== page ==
<p>I think the best value would be to pick something you like doing and not base the decision in the GPA. Do you want to get a job in a field you don't like working in, just to have a better GPA? After you get a job, nobody cares what your GPA was in school.</p>

<p>I don't really get what you are asking or why you are asking it. What does it matter which major has it easier when it comes to GPA? They aren't competing for the same jobs, they aren't taking the same classes and they aren't really related. Basically, why does it matter whether or not a history major can get a 3.5 more easily than an engineer? That is the question I pose to you.</p>

<p>In general I don't think it matters. I would be equally impressed with a high gpa in any major. Not only does this show that the person is capable of acheiving a level of excellence demanded by their school, but also that they have the conviction and interest to obtain that gpa. Once you get to like a 3.8 or so though it all tends to blur together. A low gpa, imo, doesn't necessarily mean a lack of smarts more so than a lack of effort, care, or interest.</p>

<p>In the end, it's not so much what you got rather what you do with what you got that matters.</p>

<p>Engineering GPAs might be among the lowest because engineering programs are designed to "weed out" a certain percentage of students. That's right, curve grading is only used to "weed out" students.</p>

<p>I don't think once you get to 3.8 every major begins to blur. There's definitely a distinction between a 3.8 in Business and a 3.8 in Chemical Engineering.</p>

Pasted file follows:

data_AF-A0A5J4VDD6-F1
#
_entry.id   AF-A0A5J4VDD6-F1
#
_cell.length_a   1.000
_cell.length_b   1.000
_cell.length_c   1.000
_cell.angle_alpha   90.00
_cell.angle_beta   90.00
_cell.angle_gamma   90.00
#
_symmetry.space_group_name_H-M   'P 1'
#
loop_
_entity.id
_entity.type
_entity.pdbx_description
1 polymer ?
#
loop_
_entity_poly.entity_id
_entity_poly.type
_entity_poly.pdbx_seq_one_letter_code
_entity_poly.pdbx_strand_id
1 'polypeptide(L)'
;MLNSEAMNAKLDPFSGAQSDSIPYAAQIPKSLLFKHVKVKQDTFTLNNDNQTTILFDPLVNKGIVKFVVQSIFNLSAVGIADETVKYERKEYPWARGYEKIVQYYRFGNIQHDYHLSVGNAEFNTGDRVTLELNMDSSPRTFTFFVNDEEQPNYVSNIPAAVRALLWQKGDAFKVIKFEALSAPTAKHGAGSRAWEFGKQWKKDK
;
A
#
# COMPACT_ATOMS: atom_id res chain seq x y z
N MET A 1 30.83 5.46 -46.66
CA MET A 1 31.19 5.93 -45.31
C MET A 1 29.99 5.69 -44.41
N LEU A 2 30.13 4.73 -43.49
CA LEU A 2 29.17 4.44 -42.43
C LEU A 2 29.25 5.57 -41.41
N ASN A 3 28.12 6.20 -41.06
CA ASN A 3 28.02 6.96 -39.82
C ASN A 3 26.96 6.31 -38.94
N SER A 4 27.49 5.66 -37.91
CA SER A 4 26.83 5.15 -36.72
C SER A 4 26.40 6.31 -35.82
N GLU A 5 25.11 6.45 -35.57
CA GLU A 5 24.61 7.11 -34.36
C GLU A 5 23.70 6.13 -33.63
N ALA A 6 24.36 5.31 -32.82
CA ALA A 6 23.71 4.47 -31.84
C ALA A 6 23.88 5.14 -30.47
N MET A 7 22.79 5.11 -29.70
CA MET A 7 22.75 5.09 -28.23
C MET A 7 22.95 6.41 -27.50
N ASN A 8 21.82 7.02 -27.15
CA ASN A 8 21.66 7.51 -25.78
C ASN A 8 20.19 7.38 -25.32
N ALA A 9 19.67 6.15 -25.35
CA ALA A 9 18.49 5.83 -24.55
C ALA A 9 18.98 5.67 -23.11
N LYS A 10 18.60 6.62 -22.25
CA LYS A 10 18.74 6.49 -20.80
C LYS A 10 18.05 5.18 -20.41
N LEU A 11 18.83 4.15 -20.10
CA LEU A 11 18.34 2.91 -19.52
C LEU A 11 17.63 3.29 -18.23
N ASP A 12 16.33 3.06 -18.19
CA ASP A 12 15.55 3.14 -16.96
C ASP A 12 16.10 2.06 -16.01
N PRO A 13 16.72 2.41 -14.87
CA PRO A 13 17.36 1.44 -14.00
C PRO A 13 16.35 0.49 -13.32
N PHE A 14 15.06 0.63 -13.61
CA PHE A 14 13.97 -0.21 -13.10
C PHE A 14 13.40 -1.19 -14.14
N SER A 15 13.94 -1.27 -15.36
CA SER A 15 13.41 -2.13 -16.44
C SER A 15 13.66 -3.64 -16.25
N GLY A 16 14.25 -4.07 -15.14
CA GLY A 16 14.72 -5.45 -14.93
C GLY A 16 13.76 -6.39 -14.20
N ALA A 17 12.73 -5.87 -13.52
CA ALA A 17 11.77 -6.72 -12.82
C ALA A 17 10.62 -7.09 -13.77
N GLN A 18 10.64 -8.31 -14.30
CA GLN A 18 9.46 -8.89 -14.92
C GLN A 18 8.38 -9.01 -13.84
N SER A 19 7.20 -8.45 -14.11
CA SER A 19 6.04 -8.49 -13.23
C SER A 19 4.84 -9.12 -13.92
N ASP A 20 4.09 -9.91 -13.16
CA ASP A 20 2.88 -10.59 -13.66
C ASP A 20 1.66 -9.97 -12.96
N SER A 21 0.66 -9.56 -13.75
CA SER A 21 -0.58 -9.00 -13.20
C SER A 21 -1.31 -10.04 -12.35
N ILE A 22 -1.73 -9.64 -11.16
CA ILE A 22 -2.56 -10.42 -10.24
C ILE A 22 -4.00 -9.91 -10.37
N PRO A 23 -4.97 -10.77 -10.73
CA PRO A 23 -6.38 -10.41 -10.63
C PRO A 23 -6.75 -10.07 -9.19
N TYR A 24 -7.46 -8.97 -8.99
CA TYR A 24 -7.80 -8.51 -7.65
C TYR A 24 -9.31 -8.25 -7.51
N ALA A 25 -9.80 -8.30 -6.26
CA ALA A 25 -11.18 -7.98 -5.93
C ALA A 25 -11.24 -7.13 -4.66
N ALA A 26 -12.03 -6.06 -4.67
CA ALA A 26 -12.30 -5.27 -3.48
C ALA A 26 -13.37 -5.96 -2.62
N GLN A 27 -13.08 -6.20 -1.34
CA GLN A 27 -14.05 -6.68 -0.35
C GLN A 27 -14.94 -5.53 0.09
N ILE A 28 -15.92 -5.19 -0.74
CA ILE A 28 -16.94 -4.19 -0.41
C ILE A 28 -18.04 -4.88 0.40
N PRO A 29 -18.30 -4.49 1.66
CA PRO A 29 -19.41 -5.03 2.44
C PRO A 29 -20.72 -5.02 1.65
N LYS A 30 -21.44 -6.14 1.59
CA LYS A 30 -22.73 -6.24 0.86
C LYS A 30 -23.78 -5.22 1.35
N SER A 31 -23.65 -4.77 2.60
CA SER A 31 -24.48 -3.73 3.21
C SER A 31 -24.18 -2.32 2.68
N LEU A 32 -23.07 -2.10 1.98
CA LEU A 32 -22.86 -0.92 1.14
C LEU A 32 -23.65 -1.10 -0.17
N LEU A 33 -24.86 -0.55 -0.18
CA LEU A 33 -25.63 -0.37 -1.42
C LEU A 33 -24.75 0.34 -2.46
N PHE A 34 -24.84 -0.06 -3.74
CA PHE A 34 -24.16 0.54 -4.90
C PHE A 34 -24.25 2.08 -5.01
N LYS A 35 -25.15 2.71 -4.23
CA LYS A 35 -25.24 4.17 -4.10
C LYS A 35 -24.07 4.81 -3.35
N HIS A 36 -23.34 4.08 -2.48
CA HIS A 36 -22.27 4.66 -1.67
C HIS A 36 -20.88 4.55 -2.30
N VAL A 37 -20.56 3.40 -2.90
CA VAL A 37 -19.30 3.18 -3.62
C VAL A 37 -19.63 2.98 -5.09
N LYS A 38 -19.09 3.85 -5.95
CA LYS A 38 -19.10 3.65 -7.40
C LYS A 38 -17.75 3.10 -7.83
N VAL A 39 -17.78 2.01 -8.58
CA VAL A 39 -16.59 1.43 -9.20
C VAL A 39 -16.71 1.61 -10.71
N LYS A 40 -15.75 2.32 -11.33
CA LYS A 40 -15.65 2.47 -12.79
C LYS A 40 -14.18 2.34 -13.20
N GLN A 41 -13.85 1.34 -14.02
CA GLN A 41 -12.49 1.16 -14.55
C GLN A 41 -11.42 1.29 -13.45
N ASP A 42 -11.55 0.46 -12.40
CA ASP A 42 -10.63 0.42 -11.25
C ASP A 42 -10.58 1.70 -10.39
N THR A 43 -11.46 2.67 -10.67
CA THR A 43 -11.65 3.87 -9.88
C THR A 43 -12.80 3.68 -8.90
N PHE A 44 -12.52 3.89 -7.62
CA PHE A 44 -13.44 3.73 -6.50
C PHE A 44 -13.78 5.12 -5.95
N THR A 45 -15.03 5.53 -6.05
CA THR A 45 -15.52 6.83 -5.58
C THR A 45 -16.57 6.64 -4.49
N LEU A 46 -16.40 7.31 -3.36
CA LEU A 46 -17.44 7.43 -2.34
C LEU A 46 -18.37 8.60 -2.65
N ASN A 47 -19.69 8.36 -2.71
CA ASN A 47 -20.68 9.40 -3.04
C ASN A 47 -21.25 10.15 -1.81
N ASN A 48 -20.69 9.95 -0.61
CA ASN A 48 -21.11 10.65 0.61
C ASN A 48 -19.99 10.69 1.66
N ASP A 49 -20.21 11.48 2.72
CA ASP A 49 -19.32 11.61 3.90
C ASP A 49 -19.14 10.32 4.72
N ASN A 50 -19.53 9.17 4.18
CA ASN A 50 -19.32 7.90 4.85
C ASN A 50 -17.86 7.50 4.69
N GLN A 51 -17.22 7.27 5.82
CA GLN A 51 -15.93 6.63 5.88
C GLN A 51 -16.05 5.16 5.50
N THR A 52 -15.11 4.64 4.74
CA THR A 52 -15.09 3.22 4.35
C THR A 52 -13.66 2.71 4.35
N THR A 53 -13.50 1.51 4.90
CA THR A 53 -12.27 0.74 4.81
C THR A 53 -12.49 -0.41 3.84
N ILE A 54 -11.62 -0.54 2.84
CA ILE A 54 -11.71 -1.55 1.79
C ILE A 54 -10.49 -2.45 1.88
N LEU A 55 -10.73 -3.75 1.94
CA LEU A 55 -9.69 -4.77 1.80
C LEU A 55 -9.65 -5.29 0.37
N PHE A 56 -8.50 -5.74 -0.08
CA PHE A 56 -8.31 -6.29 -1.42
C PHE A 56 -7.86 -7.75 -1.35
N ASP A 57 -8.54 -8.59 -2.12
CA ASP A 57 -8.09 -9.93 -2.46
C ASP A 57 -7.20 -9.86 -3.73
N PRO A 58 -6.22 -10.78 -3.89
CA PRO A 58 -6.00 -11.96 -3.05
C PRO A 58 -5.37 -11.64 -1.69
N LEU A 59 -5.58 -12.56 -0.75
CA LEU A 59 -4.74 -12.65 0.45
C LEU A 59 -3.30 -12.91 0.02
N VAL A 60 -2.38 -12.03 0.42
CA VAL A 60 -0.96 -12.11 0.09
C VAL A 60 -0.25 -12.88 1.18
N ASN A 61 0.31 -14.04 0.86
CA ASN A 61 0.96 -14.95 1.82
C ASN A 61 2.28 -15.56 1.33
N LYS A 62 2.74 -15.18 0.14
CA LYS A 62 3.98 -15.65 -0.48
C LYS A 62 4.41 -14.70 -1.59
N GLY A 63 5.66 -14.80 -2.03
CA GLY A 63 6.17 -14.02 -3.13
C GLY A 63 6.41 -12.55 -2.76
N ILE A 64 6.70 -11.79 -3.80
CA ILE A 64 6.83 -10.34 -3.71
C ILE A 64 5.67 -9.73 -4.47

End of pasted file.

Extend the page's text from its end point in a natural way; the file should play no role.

<p>My thoughts on OP's curiosity, I would say majors in Biochemistry and Neuroscience are definitely no walks in the park.</p>

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<p>The only people making that distinction are people who have a superiority or inferiority complex, because those two people aren't going to be competing for the same jobs and so there will almost never be anyone trying to objectively compare the two.</p>

<p>There really is no point to compare them. Each field stands alone in that a high GPA means that a person is very good at and/or dedicated to their field. A 4.0 in business may still flunk engineering, but who's to say that a 4.0 in engineering wouldn't turn right around a flunk business? It really is a pointless debate. The only reason this ever gets discussed is because Bob the 3.4 engineer wants to feel just as good as Bill the 3.6 businessman, when in reality, no one really cares except for Bob.</p>

<p>If you take one person and one person only, and you required that he maintained a 3.8 GPA in pursuing a business degree, and then you took that same exact person but instead required him to maintain a 3.8 GPA in Electrical Engineering, you can bet your ass he will have to spend more time in Electrical Engineering. Whether he is strong in math and sucks at business, or he is excellent in business and sucks in math - either way, he will have to spend more time working for his 3.8 in engineering. </p>

<p>Now, you CAN argue, however, that in the pursuance of his engineering degree, depending on his personality/individual qualities, the engineering degree might possibly actually be easier, but this is besides the case. More effort will be required to complete the engineering degree.</p>

<p>This is by no means a superiority complex. You can trust I'd be the last person to think my major is superior than any others' (you don't even know what I'm majoring in). As another stated on CC, I respect anyone who is a scholar in his studies, whether that's a liberal arts degree or one in Nuclear Weaponry.</p>

<p>The only people making that distinction are people who have a superiority or inferiority complex</p>